Conclusion

While the vast majority of studies examining the benefits of diversity analyze datasets that include all students in a single pooled sample, this brief identifies studies that report research finding separately for different racial/ethnic groups. Such studies provide noteworthy evidence that Asian American students indeed benefit from engaging with diversity during college and professional school. However, in order for Asian American students to reap the educational benefits of diversity from engaging with peers of different races, they need to attend institutions that are racially diverse in the first place. Affirmative action is an important tool that universities need to foster environments that are welcoming, rigorous, and democratic for all students of all races, including Asian Americans.

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1 - This research brief was written by Julie J. Park, Assistant Professor, University of Maryland, College Park.

2 - Sylvia Hurtado, Linking Diversity with the Educational and Civic Missions of Higher Education, 30 Rev. Higher Educ. 186, 188 (2007) (ASHE Presidential Address, concluding: “The research assessing the impact on informal interaction with diverse peers has shown similar positive patterns for Black, Latino, White, and Asian students, despite their different perceptions of the climate.”).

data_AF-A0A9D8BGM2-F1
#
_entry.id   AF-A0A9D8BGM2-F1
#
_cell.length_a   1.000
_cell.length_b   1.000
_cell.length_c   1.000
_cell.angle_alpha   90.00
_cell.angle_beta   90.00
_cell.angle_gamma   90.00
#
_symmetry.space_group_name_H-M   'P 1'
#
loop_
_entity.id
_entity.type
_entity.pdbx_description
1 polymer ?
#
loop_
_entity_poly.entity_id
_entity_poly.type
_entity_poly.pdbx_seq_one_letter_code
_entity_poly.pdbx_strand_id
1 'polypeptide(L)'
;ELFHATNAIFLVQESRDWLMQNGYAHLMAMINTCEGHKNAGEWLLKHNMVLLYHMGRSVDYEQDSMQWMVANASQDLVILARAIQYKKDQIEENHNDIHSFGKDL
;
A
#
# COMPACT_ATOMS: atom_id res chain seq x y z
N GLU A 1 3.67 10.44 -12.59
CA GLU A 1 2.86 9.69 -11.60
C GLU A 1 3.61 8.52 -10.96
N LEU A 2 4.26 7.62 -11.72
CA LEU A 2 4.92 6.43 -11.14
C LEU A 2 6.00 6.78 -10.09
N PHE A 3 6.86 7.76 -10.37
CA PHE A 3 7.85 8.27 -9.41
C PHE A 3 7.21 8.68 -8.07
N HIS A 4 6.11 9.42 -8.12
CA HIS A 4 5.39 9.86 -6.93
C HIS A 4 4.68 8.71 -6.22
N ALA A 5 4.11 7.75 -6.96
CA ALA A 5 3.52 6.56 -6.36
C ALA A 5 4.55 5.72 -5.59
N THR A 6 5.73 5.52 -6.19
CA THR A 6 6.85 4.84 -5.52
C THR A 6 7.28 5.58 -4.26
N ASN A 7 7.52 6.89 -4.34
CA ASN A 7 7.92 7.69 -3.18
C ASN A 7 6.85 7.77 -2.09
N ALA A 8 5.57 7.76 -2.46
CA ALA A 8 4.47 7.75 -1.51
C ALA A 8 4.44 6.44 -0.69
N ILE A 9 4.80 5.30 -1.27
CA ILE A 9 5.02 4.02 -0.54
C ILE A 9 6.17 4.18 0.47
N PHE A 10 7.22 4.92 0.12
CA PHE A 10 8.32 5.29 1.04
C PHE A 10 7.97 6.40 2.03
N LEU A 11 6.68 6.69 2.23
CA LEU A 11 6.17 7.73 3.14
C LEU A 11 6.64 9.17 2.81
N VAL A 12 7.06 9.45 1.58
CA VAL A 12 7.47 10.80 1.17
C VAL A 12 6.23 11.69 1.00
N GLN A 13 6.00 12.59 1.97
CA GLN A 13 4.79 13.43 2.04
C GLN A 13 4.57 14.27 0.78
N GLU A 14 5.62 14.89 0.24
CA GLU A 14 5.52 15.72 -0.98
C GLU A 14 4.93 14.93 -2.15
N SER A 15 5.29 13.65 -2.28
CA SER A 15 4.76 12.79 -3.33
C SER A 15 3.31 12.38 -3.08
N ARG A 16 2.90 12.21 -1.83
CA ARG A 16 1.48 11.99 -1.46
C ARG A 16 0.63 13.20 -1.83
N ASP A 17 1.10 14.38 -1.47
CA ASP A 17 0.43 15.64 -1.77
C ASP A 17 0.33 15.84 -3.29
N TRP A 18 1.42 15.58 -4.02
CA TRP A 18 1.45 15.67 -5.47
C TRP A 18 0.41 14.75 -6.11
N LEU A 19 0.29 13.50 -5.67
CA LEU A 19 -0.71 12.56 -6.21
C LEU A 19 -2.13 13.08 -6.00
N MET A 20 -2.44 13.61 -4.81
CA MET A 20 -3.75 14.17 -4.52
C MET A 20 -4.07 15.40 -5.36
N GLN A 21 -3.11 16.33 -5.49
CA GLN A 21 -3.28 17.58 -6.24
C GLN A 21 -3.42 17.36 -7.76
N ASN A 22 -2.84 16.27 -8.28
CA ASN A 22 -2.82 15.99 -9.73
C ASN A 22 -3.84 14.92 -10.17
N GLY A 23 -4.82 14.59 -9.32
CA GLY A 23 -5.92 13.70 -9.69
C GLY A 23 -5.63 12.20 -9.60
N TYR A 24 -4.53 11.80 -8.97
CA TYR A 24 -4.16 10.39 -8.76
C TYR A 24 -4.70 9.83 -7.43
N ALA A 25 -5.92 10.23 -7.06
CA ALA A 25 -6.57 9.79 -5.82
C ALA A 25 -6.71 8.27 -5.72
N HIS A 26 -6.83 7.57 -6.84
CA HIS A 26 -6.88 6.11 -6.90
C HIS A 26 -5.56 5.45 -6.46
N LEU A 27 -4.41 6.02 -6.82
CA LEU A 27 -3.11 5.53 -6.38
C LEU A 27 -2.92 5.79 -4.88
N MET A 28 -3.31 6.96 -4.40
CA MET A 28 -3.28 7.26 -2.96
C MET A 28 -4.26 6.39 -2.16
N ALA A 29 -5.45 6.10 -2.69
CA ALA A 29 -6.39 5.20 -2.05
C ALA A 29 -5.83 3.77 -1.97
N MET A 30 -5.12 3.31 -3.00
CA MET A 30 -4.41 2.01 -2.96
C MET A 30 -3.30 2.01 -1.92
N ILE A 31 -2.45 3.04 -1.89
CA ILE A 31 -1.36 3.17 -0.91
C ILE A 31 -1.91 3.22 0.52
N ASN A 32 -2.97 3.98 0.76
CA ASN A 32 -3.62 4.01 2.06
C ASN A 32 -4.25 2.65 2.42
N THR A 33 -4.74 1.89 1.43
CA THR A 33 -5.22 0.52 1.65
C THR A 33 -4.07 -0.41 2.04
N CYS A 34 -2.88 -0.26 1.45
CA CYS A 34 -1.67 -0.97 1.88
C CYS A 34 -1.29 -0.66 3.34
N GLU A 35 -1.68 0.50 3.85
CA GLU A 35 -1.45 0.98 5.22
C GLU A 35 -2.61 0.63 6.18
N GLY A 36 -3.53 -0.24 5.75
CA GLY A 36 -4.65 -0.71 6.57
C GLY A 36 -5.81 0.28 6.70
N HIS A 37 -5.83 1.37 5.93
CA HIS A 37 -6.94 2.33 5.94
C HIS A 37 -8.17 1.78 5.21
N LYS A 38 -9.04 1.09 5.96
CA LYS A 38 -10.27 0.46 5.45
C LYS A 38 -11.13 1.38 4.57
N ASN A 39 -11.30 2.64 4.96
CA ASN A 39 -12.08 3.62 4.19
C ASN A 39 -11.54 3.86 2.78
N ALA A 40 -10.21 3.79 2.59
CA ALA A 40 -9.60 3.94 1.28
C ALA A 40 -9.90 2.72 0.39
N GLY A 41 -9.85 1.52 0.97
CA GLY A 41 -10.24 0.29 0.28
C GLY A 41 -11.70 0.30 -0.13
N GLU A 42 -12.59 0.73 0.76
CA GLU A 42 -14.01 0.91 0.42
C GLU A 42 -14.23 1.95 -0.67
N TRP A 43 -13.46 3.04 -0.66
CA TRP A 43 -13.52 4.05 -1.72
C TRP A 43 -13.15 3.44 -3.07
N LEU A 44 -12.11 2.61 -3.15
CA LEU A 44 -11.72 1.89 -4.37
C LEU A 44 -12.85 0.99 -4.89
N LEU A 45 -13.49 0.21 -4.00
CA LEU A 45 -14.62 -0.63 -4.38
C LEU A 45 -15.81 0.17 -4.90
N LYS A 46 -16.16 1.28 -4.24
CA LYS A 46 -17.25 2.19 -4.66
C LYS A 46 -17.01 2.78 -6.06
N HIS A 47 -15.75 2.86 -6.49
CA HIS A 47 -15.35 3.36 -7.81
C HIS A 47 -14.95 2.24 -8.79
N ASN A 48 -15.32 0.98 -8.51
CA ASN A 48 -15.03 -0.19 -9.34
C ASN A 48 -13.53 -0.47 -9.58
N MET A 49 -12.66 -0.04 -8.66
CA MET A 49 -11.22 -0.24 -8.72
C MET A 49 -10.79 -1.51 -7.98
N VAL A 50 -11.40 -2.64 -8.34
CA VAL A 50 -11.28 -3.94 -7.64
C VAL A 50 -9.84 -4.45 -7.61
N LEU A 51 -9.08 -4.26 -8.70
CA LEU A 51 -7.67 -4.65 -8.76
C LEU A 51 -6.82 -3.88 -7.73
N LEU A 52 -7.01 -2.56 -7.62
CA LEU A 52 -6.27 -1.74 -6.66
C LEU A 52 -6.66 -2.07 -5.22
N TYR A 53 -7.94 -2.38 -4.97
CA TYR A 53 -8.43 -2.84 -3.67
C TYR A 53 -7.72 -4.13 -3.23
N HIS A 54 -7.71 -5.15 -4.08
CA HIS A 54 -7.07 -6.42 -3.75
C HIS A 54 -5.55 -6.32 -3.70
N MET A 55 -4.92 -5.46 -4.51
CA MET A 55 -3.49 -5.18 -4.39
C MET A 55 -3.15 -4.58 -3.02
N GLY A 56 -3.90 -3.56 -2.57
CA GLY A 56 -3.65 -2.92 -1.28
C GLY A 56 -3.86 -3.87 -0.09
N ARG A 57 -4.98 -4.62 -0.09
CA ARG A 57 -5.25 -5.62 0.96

3 - Patricia Gurin et al., Diversity and Higher Education: Theory and Impact on Educational Outcomes, 72 Harv. Educ. Rev. 332, 341 (2002) (“As groups, only Asian American and Latino/a students came to the University having lived and gone to school in environments where they were not in the majority. Thus, the university’s conscious effort to help students experience diversity in and out of the classroom provide the very features that foster active, conscious, and effortful thinking.”); Victor B. Saenz, Breaking the Segregation Cycle: Examining Students’ Precollege Racial Environments and College Diversity Experiences, 34 Rev. Higher Educ. 1, 4 (2010) (“White students were the most segregated group in the nation’s public and private schools, attending schools that were on average 80% White. Asian students lived in the nation’s most integrated communities and were the least segregated in schools among all student groups.”).